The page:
Germany recreational cannabis legalization bill clears last hurdle

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Germany’s landmark recreational cannabis law will go into effect on April 1 after clearing the final regulatory hurdle on Friday.

The Bundesrat, the upper house of the German Parliament, failed to reach a majority to convene the Mediation Committee, clearing the last potential delay to approval, ABC News reported.

The law, approved a month ago in the Bundestag by a 407-226 vote,  generally decriminalizes cannabis, allows for home grows and lays the legal framework for so-called “cultivation social clubs” – nonprofit organizations where members can acquire marijuana for recreational use.

However, the law stops short of establishing a regulated retail and distribution system for adult-use products, akin to more than 20 American states.

Parameters of the new law include:

  • Allowing adults to purchase up to 25 grams per day, or 50 grams per month. For those younger than 21, the monthly limit is 30 grams.
  • Prohibiting membership to multiple clubs.
  • Funding club costs through membership fees that correspond to individual cannabis usage.

Also beginning April 1, medical cannabis will no longer be classified as a narcotic in Germany and will be treated as a standard prescription.

That change will have resounding economic implications, according to Niklas Kouparanis, CEO and co-founder of Frankfurt-based medical cannabis company Bloomwell Group.

“This reclassification significantly reduces costs and other administrative burdens to access, from cultivation to further processing and distribution, to storage and dispensing in the pharmacy,” he said in a statement sent to MJBizDaily.

Kouparanis expects reclassification to increase the number of estimated medical patients – 200,000-300,000 – to skyrocket sevenfold to tenfold.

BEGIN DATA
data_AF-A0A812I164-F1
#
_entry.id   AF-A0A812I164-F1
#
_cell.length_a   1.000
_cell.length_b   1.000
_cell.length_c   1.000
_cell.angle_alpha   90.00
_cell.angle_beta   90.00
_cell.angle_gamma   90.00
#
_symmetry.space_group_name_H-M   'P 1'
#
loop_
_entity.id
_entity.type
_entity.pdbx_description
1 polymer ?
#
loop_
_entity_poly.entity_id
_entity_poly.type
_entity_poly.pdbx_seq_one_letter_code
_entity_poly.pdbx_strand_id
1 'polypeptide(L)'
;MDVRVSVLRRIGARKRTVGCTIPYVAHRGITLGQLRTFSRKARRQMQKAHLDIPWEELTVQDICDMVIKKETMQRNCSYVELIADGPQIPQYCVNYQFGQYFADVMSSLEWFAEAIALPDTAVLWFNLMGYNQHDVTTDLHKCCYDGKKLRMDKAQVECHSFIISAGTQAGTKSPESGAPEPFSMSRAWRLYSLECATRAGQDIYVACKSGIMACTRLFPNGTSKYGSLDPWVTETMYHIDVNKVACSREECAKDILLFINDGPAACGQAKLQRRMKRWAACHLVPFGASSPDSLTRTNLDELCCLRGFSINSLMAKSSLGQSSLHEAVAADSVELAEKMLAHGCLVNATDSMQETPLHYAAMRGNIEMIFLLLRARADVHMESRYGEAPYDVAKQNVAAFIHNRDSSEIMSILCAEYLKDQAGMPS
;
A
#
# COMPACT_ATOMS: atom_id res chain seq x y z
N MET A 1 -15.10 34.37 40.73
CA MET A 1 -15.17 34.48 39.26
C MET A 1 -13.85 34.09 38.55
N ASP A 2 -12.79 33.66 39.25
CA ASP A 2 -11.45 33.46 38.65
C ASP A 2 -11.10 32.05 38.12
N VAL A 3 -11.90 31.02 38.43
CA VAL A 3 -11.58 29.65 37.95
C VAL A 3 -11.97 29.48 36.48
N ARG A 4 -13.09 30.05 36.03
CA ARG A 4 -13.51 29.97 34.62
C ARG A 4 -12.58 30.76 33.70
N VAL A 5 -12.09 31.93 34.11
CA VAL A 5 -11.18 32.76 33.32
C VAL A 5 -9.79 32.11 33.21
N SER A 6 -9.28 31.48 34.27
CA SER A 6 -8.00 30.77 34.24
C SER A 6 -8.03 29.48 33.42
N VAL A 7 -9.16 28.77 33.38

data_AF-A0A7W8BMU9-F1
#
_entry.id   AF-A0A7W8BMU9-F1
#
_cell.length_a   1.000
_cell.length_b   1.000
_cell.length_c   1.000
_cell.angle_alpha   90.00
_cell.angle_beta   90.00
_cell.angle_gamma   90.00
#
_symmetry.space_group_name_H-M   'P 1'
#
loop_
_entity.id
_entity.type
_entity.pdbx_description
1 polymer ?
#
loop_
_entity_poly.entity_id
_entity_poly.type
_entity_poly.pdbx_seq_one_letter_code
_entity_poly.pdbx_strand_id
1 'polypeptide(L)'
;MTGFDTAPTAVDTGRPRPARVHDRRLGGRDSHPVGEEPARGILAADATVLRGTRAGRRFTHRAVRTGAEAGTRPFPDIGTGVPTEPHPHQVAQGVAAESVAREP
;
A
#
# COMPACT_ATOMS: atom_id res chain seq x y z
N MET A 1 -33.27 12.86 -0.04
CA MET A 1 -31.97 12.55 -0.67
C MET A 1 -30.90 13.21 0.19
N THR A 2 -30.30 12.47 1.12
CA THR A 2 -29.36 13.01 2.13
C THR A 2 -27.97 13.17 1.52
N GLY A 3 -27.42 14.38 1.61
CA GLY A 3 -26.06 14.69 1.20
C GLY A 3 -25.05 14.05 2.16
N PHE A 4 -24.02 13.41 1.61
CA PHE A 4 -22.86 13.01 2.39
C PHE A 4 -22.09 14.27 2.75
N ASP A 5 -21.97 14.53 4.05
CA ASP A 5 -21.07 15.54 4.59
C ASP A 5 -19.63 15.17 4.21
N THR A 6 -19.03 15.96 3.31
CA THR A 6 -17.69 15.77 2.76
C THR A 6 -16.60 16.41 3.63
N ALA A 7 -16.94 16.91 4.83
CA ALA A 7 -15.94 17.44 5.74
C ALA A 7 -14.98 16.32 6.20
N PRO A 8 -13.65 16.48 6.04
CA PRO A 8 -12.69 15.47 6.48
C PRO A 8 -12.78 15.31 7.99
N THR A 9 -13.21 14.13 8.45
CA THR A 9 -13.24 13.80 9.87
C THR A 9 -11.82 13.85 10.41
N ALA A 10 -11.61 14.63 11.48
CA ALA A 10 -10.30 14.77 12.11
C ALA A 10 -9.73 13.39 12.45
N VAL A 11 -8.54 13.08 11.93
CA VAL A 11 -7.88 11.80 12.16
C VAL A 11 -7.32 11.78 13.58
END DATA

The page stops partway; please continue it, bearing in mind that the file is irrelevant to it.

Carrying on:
“Medical cannabis treatment will be less expensive, more accessible, and completely digital,” he added.

Several other cannabis companies around the globe are hailing the development in Germany.

“We celebrate Germany’s landmark decision to legalize adult-use cannabis,” David Klein, CEO of Canadian operator Canopy Growth Corp., said in a statement.

“We are thrilled to be at the forefront of this progressive change in Germany, setting a strong precedent for cannabis reform across Europe.”

New York-based multistate operator Curaleaf Holdings has been expanding operations across Europe through acquisitions and internal growth.

“As a company deeply invested in the European cannabis landscape, we are excited about the opportunities this legislation brings, starting with meeting the anticipated increased demand in Germany’s medical program,” Curaleaf Executive Chair Boris Jordan told MJBizDaily via email.

“We look forward to seeing other European countries follow Germany’s lead and we plan to continue activating our first mover advantage to shape the future of cannabis throughout the continent.”

In 2022, the most recent full year of data, Germany imported roughly 25,000 kilograms (27.6 tons) of cannabis for medical or scientific purposes, an increase of 19% over the 20,769 kilograms the country imported in 2021.

Chris Casacchia can be reached at chris.casacchia@mjbizdaily.com.